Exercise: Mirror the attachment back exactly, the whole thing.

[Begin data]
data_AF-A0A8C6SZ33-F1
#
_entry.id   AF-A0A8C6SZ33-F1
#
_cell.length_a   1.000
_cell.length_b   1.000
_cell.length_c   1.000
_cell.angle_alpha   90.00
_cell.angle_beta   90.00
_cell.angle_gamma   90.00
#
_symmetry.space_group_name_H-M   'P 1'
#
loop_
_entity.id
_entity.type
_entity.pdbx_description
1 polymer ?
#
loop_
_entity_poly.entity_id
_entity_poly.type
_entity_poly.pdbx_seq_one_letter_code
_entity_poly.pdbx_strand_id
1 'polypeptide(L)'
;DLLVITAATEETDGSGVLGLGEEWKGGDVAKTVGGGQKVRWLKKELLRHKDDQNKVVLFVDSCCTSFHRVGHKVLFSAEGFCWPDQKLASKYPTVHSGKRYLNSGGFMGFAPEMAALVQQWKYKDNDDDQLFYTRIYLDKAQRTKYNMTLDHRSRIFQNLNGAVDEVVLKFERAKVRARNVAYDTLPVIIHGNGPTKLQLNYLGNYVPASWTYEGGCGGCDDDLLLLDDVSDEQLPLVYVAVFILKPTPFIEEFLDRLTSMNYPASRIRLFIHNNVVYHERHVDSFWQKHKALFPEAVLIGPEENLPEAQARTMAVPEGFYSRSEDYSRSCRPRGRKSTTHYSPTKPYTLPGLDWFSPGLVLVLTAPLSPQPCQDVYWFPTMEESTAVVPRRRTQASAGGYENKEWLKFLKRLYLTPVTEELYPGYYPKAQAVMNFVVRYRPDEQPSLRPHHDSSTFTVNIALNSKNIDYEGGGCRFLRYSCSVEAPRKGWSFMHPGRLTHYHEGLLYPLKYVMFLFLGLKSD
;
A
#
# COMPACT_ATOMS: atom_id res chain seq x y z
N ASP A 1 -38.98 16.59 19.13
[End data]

data_AF-A0A8C6SZ33-F1
#
_entry.id   AF-A0A8C6SZ33-F1
#
_cell.length_a   1.000
_cell.length_b   1.000
_cell.length_c   1.000
_cell.angle_alpha   90.00
_cell.angle_beta   90.00
_cell.angle_gamma   90.00
#
_symmetry.space_group_name_H-M   'P 1'
#
loop_
_entity.id
_entity.type
_entity.pdbx_description
1 polymer ?
#
loop_
_entity_poly.entity_id
_entity_poly.type
_entity_poly.pdbx_seq_one_letter_code
_entity_poly.pdbx_strand_id
1 'polypeptide(L)'
;DLLVITAATEETDGSGVLGLGEEWKGGDVAKTVGGGQKVRWLKKELLRHKDDQNKVVLFVDSCCTSFHRVGHKVLFSAEGFCWPDQKLASKYPTVHSGKRYLNSGGFMGFAPEMAALVQQWKYKDNDDDQLFYTRIYLDKAQRTKYNMTLDHRSRIFQNLNGAVDEVVLKFERAKVRARNVAYDTLPVIIHGNGPTKLQLNYLGNYVPASWTYEGGCGGCDDDLLLLDDVSDEQLPLVYVAVFILKPTPFIEEFLDRLTSMNYPASRIRLFIHNNVVYHERHVDSFWQKHKALFPEAVLIGPEENLPEAQARTMAVPEGFYSRSEDYSRSCRPRGRKSTTHYSPTKPYTLPGLDWFSPGLVLVLTAPLSPQPCQDVYWFPTMEESTAVVPRRRTQASAGGYENKEWLKFLKRLYLTPVTEELYPGYYPKAQAVMNFVVRYRPDEQPSLRPHHDSSTFTVNIALNSKNIDYEGGGCRFLRYSCSVEAPRKGWSFMHPGRLTHYHEGLLYPLKYVMFLFLGLKSD
;
A
#
# COMPACT_ATOMS: atom_id res chain seq x y z
N ASP A 1 -38.98 16.59 19.13